October 29, 2017

Martha O'Kennon

Another dark depressing week. Not much excitement in it but even though the colors are muted compared to last years, They are here to be found.

The epimedium continues to develop its darker red leaves to make a nice border around itself. It makes a striking contrast with the hosta Sun and Substance, which is one of the last to lose its green leaves for the winter. Each tree going down the street has leaves of a different red to pink to yellow - this one is bright red. hue.

Remember that there is information in the name of the file for each image. You can see it by mousing over the image - look at the lower left of the screen. Or you can click on the image to get to the (usually) larger image. Then the info is displayed in the address line above. Sometimes the second click will actually display a different view of the original image.

The barklouses/lice are still with us and in greater numbers. This week we had the famous tigery striped one, large enough to be spotted by the observer; this highly patterned one; the ragged one; and

Here is a beetle of copper and black. Next is an Asian lady beetle, with its spots and "W" on the collar. But I would have thought the third one would also be an Asian Lady Beetle, but look at the spots, how large they are and how they bleed into each other. The collar is also a bit different. Apparently it is of the same species, but is called a "dark-blotched" variation.

Although it has been quite cold (30 F -just a couple degrees below 0C) lately, but I still found an exited skin, so the occupant escaped it recently and probably before the chill. Then the first rove beetle in a while appeared, two of them. Last is one of the two Rovers, magnified a bit.

That was about it for the beetles. The bugs were also mostly well-worn ones. First is a Zelus Assassin Bug; next is a nymphal form for the BMSB (Brown Marmolated Stink Bug); and last is a Green Stink Bug nymph (Still haven't seen an adult).

Here is everyone's favorite, the Boxelder Bug, followed by two kinds of Case Creature, which we learned last week might even be a kind of moth.

This 6mm caterpillar appears much larger here than in the original. Oh, speaking of caterpillars, I owe you an identification. Remember a couple of weeks ago, when I showed you an absolutely beautiful caterpillar? Here it is again. It turns out to be the larva of the Brown-hooded Owlet moth, and is much more gorgeus than the plain brown adult.

Let's count the leafhoppers for this week. Most are familiar red and white ones, but we also collected this little greenish-yellow one.

Here is a tiny crane fly. I love how its shadow pulls the center of the picture right to the center. Second is the same species. At first I believed these two little mating flies were the same species as the first, but actually their legs are not so super-long as the legs of the first flies. This magnificent fly has been sucked dry by a spider or some other predator. The third image is of a spider (chs) producing a skeleton much like that of image 1.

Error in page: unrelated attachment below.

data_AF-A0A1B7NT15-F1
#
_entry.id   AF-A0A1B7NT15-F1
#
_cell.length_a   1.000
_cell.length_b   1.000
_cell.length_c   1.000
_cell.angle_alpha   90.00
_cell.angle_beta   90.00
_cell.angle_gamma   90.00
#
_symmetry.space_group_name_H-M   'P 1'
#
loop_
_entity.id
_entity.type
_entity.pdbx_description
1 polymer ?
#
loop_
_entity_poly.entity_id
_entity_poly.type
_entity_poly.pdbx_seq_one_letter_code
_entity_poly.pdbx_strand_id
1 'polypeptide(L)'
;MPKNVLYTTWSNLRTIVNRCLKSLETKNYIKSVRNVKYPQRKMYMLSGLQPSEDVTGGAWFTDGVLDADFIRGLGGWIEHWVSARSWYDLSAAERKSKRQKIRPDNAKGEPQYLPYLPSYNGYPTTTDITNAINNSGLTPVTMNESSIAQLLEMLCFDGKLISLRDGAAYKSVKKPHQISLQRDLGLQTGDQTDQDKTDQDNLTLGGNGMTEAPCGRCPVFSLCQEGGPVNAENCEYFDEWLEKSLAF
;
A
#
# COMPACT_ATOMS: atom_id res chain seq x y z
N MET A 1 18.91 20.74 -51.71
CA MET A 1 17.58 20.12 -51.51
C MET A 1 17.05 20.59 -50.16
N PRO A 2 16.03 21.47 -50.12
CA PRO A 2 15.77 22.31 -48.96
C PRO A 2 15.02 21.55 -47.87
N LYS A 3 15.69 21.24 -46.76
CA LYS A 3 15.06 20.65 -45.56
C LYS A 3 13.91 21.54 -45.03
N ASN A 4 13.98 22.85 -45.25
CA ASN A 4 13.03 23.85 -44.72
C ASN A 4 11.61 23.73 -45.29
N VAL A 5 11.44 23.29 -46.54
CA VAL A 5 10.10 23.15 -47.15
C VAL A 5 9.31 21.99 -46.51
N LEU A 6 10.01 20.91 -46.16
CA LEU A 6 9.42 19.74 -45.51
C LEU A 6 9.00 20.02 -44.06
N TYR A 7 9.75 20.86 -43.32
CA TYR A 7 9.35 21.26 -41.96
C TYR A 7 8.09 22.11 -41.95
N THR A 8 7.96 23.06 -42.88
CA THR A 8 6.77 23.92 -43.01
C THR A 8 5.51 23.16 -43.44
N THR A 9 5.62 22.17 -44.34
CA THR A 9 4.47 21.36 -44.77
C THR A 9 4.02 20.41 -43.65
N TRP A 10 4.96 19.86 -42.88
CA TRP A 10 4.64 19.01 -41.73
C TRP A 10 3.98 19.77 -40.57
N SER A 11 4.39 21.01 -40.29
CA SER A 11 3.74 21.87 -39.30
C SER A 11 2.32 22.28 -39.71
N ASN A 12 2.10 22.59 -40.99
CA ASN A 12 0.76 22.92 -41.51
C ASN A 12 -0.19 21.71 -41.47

These mosquitoes are just so lovely with their long legs and svelte shapes. The first is a female, as you can see by its long sucking parts, just right to chase me around with. It is also green-eyed. Next is also a female,though with slightly less audacious sucking bits.

Three more flies. The last one was a surprising yellow. The others we have all seen before.

These three harvestmen are all probably related to the red-tinged ones of last week, though only the first image shows the reddish-orange brightly.

Here is that looper again, and a geometrid moth, one that comes from a looper caterpillar. I don't know that the looper and the moth are or aren't related.

How about a few more pretty color pictures? First, some more red nightshade berries. Then a collage (untouched by human hands) of differently colored leaves from several trees.

Just like last week, the spiders were represented by many many tiny baby Common House Spiders. The only wasps in town were probably braconid wasps and image 3 is probably one of them too

Another Short Blog, showing that the season is not over yet, but isn't likely to bounce back for quite a few months. We will have some surprising sights, like the green spiders that will occur in the wee small months of winter and hardly ever in the spring, summer, or fall.

But in the spirit of apology, here is the second stanza of the poem "Their Haven". Here it is. Remember to give me a shout if you can't figure out what the poem is a parody of.

Their Haven
By Ed Growling Pooh
Stanza II

Oddest thing, Lehigh Lamumba
Edward's sin-deep leak, the Samba
Andes shepherd, eyeing Amber, wrote "East Coast" to ponder for.
Eagle Lehigh witched Demara
Vain Lehigh hot suttee barrow
Foamy buxar, Caesar's arrow,
S'arrow forty Lastly Naar.
Forty rear-end raid gent "Made in Home Diagonals" namely Naar
Namely's half a rebel Moor.

Let me know if you need any hints... Till if not next week, then the next!


Back to October 22, 2017

Forward to November 12, 2017

Back to 2017 menu

Back to main menu

copyright Martha O'Kennon 2017